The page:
In March 2020, Josh wanted to create a pun-based comic skit, but he didn’t realize his hype man, Kreb Bello would say, ‘Don’t Leave Me’ at the end of the skit. That catchphrase sold another Josh2Funny moment.
“I never make skits with the ready-made intention of virality. In fact, the virality of the content never starts from me, it always starts from other people who love the content. For example, that Zimbabwean guy who jumped on #DontLeaveMe made people pay attention to what we created.
“‘All My Guys Are Ballers’ also went viral after people started posting it on Twitter and it went all over the world,” Josh says.
As at the time we spoke, Josh’s favourite #DontLeaveMeChallenge moment was the ‘Break Up’ skit.
Changes since ‘All My Guys Are Ballers’ went viral
Since the maiden global content, ‘All My Guys Are Ballers’ went viral, Josh2Funny says things have changed drastically for him, especially on the international front.
The viral content has also created a lot of opportunities for Josh. He has created a lot of viral content with international bodies and some of his skits have been translated into various international languages.
What inspires Josh?
Brother Zakius, one of his characters who wears brightly colored oversized suits was inspired by Josh’s boredom with Mama Felicia and insinuations that he might be gay. Brother Zakius has become Josh’s favourite character to play to. He says, “It's natural for me.”
Josh is honest about the inspiration behind his skits and characters and that honesty shines through his eyes. He says, “I don’t know what inspires them, I think it’s God. I just sleep, wake up and get inspired.”
How did Josh become a comedian?
10 seconds into our conversation and we had our first #Don’tLeaveMe moment after I told Josh that restless fans had dissed my receding hairline over his delayed appearance. He said, “At least you are the only one who can travel.” Confused, I asked, “What?” and he replied, “Your [h]airline, bro.”
The comedy is a part of Josh like air is to a human being. Growing up as an unrepentant Church boy in the Deeper Life Church with parents who are pastors at Mountain of Fire Ministries, Josh always knew that he would follow a career in the arts. Of all his gifts, comedy resonates with him the most.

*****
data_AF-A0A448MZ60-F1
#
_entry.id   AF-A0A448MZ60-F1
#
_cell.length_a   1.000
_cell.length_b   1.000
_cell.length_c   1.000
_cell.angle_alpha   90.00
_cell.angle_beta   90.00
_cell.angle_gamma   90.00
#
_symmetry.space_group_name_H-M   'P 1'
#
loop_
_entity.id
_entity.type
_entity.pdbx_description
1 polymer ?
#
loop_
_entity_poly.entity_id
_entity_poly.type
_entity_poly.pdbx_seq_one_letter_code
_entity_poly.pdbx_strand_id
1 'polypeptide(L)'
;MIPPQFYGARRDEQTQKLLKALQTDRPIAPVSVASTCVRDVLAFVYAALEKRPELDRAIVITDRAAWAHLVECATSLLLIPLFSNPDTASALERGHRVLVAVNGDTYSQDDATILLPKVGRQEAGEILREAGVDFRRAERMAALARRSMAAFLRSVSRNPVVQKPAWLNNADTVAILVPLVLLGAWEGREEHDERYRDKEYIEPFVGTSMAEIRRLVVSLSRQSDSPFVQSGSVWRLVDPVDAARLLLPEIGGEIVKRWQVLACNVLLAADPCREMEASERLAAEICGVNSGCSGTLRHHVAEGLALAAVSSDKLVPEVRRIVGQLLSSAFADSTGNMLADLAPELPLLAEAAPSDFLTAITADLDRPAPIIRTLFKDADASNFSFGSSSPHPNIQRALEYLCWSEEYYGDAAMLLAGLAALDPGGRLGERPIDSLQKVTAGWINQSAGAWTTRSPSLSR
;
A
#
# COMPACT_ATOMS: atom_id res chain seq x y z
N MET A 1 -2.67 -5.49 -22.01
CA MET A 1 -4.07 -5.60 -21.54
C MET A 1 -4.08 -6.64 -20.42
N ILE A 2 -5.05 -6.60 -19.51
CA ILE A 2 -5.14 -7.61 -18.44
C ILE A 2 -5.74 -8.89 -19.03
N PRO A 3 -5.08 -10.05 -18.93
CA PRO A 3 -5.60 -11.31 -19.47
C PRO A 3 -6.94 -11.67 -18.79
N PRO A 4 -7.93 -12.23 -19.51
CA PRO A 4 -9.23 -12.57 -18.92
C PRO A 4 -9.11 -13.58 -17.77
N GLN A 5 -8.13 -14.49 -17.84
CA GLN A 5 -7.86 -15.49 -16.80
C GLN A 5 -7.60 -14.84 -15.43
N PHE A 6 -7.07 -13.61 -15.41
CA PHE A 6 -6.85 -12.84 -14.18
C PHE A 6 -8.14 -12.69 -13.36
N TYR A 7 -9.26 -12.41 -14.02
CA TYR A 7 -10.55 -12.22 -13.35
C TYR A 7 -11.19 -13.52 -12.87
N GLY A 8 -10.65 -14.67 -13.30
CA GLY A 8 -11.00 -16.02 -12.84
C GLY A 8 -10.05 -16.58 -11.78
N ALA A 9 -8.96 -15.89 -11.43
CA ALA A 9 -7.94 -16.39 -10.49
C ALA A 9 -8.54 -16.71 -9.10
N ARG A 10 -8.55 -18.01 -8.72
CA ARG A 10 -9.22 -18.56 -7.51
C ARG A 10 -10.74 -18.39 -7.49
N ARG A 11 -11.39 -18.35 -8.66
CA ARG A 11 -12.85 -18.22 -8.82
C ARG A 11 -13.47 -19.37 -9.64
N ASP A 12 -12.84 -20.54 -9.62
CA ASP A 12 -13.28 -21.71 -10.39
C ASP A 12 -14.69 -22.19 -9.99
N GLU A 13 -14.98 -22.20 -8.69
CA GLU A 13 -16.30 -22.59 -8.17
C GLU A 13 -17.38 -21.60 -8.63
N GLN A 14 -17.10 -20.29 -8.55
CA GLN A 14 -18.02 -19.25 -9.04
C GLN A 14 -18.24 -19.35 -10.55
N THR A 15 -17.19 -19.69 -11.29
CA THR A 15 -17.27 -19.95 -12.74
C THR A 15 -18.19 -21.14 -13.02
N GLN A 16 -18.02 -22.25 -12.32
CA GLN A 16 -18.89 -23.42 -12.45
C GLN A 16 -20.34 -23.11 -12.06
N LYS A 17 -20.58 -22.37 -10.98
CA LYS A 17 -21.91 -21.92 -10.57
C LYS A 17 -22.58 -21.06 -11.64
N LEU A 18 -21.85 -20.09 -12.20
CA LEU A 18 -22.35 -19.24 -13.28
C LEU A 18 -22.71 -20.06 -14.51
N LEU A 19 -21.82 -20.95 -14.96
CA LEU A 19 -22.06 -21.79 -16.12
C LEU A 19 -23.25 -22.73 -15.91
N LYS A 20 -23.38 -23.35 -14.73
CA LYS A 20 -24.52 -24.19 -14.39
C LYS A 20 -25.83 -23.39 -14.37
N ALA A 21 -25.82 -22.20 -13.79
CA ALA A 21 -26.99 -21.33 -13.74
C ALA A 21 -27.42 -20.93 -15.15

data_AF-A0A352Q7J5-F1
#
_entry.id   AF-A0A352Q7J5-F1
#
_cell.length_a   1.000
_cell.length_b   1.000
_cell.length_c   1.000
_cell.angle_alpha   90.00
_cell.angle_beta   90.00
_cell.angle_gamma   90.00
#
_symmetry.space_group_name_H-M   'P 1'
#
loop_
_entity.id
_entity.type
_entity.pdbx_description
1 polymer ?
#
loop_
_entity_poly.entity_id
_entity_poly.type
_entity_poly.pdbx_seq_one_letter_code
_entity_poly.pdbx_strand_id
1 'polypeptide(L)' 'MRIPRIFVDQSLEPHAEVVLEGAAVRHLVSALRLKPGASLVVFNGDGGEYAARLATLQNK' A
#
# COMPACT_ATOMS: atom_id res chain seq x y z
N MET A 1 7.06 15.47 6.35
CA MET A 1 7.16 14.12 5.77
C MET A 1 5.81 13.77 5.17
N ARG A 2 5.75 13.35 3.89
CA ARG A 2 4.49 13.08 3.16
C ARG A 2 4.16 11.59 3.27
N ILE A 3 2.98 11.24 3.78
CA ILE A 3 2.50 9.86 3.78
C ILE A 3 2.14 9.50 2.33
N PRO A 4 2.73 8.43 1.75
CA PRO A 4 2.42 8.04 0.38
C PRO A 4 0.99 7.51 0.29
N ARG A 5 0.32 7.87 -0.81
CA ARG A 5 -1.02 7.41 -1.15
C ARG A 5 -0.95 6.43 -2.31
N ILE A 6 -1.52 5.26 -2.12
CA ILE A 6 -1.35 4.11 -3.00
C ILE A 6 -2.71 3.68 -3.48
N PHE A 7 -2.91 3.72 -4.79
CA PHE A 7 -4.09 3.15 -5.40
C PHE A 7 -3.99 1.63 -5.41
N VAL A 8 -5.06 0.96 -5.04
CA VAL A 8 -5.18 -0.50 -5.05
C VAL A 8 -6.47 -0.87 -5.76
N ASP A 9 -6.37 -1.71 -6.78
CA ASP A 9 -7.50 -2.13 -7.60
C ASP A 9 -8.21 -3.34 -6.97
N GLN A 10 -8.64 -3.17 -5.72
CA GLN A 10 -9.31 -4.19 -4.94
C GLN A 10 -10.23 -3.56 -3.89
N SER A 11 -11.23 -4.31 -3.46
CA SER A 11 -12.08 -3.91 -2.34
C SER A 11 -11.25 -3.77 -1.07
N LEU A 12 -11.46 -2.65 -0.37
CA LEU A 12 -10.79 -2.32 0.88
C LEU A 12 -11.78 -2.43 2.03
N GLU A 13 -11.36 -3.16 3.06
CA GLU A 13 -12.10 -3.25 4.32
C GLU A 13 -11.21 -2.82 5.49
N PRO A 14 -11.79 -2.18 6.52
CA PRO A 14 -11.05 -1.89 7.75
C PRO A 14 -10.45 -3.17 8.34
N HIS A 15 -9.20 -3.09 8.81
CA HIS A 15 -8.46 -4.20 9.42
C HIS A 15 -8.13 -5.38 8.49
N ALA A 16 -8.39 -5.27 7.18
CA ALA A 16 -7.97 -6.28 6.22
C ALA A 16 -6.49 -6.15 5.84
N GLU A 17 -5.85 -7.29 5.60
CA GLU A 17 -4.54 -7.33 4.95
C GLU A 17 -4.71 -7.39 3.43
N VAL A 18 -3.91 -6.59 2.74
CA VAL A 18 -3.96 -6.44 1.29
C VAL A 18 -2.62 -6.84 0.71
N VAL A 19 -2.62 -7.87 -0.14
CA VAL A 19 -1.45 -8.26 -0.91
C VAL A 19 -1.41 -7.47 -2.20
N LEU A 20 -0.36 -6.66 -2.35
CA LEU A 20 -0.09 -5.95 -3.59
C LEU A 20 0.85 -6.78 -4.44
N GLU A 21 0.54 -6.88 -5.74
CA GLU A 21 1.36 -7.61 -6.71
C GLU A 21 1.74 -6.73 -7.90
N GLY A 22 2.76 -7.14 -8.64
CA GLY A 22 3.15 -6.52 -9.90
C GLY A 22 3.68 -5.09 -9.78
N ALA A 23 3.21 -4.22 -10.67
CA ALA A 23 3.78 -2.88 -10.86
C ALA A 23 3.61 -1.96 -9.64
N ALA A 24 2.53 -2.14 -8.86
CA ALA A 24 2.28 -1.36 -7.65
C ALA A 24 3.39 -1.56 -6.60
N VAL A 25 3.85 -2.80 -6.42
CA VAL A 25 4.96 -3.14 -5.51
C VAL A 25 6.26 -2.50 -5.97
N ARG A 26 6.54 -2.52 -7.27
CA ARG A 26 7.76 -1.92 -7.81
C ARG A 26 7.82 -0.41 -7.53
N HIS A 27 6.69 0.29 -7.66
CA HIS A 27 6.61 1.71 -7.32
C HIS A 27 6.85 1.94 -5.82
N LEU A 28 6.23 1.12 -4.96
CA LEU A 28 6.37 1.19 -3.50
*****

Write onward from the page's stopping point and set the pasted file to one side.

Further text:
“When I was young, I did a lot of painting and drawing… When I was in JSS1, I used to make greeting cards for my classmates and sell them for N50, N100. The day I sold one for N200, I shut down the market (laughs). I still draw, but time doesn’t allow me to paint and draw as much.
“When I was in Secondary School, my teachers used to tell my dad that schooling was a waste of time for me and he loved hearing that. I was also good at football, I was the best in the same academy as Asisat Oshoala. My dad knew that I was not meant for school, but he wanted me to finish that school to have some security.
“[I chose comedy because] I am naturally funny and people have always told me. I don’t force things and I don’t even try to make people laugh, I just talk. I think comedy is in my blood, but music is in my genes… That’s why I don’t wash my jeans (laughs). I wear dirty jeans,” Josh says.
Josh2Funny: The Artist
There are many angles to Josh and most people don’t realize that. For example, music became his first love after he joined the choir in his teens.
Earlier in his life, he became a music producer who owned a studio in Mushin, Lagos. Terry Apala and a younger version of Nigerian singer, Oxlade used to come record at Josh2Funny’s studio. Josh says Oxlade was like a studio rat in his studio, even.